KIROVOGRAD (until 1924 Yelizavetgrad , from 1924 to 1936 Zinovyevsk , and from 1936 to 1939 Kirovo ), district capital in Ukraine. Jews began to settle in Kirovograd in 1769 together with other nationalities. In 1799 they numbered 398 persons (out of 4,327 total population), and in 1803 there were 574 Jews listed in the municipal register. The Jewish population of Kirovograd increased rapidly during the 19th century as a result of the settlement of the New Russia provinces by Jewish emigrants from the northern provinces of the *Pale of Settlement. In 1861 there were 8,073 Jews in the city, while in 1897 their numbers had increased to 23,967 (39% of the total population). In 1879 there were 120 large-scale Jewish merchants among 160; 650 petty traders among the 900; 280 Jewish craftsmen and 368 Christians; and 46 Jewish landowners. From the mid-19th century there were an old-age home for 25 people, about 50 ḥadarim, two first-level state Jewish schools, two talmudei torah, and 17 private schools, mostly for girls. In 1882 a Reform anti-talmudic society called the Bible Brotherhood (Bibleitzy) was founded by Jacob *Gordin. Severe riots broke out in Kirovograd on April 15–17, 1881, marking the beginning of the spate of pogroms which struck the Jews of southern Russia during the 1880s. The damage from robbery and destruction of shops and houses was estimated at 1.9 million rubles. In 1887 there were 12 Jewish city council members out of 67. At the end of the 19th century there were signs of powerful tendencies toward assimilation and russification among the Jews of Kirovograd, but at the same time the nationalist and Zionist movement under the leadership of V. *Tiomkin also gained adherents. The Jews played an important role in the town. The majority of the flour mills and the spirit and tobacco factories were under their control, and the commerce in grain was also concentrated in their hands. On October 18–19, 1905, a state-sponsored pogrom occurred, 11 Jews were murdered, 150 wounded, and the police forbade the mutual Christian-Jewish self-defense to intervene. In the course of World War i about 3,000 deported Jews reached Kirovograd. Among them was the Lida yeshivah with 96 pupils. During the Civil War there were three pogroms in 1919: the first, on February 4–5, claimed the lives of 13 Jewish self-defenders; the second, on May 15–17, resulted in 1,926 killed; and the third, on August 11, claimed about 1,000 victims. The last two pogroms were staged by the Grigoryev gang. With the establishment of the Soviet regime, Jewish institutions were closed down and Jewish communal life was suppressed. In 1926, 18,358 Jews (27.6% of the total population) lived in Kirovograd, with the number dropping to 14,641 (14.6%) by 1939. During the 1920s trade was liquidated, and some Jewish merchants went to work in factories, while 142 families settled on land. In 1925 there were 2,500 Jewish artisans, and they composed the vast majority in some trade unions, such as 99% in the tailors' union and 75% in the printers' union. In 1929 most of the workers in the textile industry were Jews, and among 6,000 workers of the farm machinery factory – 900 were Jews. In the 1920s there were several Yiddish schools, but due to the pressure of the authorities and the russified parents most of them closed in the 1930s. The Germans occupied the town on August 14, 1941. The registration by nationality showed a bit more than 5,000 Jews in town. On August 23 and in mid-September Einsatzkommando 4b murdered a few hundred Jews. Several hundreds of men were taken to a camp and killed after a while. On September 30, 1941, all Jews were gathered together, taken to anti-tank ditches about 3 km. from town, and murdered there. Anyone hiding who was caught was executed in prison. Only about ten Jews survived. In 1970 the Jewish population was estimated at about 10,000. The synagogue was closed by the authorities in 1957 but returned to the community in 1991 as Jewish life revived despite large-scale emigration.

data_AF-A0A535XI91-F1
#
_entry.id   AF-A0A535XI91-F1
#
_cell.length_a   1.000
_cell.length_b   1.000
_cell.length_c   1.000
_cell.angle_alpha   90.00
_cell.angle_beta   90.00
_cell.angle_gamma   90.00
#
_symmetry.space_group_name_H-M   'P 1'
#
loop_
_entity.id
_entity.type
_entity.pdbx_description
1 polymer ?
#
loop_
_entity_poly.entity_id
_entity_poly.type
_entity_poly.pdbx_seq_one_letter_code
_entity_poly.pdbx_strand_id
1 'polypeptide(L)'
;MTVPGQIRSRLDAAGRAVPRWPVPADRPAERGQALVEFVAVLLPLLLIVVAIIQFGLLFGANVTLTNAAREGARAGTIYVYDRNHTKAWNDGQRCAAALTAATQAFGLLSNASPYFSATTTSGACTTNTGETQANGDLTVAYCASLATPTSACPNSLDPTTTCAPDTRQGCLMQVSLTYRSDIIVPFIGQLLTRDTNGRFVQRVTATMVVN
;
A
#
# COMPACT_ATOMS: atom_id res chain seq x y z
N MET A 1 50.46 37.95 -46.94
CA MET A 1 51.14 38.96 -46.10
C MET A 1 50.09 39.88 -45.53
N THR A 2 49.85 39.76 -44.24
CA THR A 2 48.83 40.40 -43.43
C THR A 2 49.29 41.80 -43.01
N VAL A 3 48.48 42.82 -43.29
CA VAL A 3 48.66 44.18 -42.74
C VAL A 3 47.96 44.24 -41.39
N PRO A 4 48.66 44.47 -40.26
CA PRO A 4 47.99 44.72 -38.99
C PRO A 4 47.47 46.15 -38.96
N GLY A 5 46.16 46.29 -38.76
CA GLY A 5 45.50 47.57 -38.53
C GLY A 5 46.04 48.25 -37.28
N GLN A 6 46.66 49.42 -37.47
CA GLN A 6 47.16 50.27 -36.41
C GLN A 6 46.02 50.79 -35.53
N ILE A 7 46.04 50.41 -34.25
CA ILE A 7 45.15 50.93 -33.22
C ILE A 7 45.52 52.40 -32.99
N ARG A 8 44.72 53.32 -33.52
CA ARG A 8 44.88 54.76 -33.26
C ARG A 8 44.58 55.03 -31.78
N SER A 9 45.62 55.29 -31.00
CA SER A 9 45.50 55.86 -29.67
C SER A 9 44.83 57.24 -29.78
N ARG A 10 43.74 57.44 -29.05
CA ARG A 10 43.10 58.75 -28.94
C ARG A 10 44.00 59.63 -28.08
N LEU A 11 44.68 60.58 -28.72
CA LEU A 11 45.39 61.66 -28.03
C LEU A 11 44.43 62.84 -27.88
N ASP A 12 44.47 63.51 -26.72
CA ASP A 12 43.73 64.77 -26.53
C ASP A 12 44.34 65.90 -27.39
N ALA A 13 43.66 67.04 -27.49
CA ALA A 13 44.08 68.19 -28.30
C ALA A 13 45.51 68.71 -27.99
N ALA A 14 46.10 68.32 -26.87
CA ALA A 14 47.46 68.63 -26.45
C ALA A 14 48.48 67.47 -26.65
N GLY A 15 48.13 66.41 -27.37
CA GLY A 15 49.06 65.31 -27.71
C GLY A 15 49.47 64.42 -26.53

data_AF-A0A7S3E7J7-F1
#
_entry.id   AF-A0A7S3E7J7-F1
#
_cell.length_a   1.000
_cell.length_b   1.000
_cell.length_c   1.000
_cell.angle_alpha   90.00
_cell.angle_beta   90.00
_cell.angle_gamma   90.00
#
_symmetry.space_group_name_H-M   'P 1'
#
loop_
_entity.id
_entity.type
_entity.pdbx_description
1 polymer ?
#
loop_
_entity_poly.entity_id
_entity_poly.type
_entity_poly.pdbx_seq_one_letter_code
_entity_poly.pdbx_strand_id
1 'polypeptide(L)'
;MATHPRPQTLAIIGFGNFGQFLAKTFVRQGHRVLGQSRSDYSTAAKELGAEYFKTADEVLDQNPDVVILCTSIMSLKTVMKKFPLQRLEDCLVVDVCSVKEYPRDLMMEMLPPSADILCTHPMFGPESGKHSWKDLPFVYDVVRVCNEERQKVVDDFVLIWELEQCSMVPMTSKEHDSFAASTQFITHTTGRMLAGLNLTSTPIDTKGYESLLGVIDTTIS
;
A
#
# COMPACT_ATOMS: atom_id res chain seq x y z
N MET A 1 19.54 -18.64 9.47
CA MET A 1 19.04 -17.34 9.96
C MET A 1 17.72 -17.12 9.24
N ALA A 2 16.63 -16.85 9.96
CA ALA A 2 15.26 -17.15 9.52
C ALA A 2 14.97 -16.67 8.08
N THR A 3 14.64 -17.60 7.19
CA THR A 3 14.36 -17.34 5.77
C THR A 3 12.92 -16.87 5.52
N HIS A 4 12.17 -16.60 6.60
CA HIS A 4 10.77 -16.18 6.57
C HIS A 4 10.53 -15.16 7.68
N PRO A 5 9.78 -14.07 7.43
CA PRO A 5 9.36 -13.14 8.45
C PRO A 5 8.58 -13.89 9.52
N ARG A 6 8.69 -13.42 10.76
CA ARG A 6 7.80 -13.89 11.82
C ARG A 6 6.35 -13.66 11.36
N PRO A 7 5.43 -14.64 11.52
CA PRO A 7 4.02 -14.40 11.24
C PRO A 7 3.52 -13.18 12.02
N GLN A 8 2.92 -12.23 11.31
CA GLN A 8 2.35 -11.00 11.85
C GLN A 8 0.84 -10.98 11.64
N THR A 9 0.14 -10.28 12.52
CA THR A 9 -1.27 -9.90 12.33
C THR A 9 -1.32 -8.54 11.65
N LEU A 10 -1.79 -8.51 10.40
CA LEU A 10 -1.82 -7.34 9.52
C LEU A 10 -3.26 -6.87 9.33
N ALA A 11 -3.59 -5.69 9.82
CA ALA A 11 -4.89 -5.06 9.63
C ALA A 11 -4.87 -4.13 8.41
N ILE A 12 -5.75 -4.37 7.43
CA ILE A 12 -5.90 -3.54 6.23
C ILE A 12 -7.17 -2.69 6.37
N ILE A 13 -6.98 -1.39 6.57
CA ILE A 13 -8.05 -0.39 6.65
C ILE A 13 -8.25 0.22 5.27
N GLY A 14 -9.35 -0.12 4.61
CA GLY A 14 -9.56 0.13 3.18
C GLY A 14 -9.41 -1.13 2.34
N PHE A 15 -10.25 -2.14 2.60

Die Judenpogrome in Russland, 2 (1909), 138–43; E. Heifetz, The Slaughter of the Jews in the Ukraine in 1919 (1921), 243–8; Rosenthal, in: Reshumot, 3 (1923), 413–14; E. Tcherikower, Di Ukrainer Pogromen in Yor 1919 (1965), index.
[Yehuda Slutsky /
Shmuel Spector (2nd ed.)]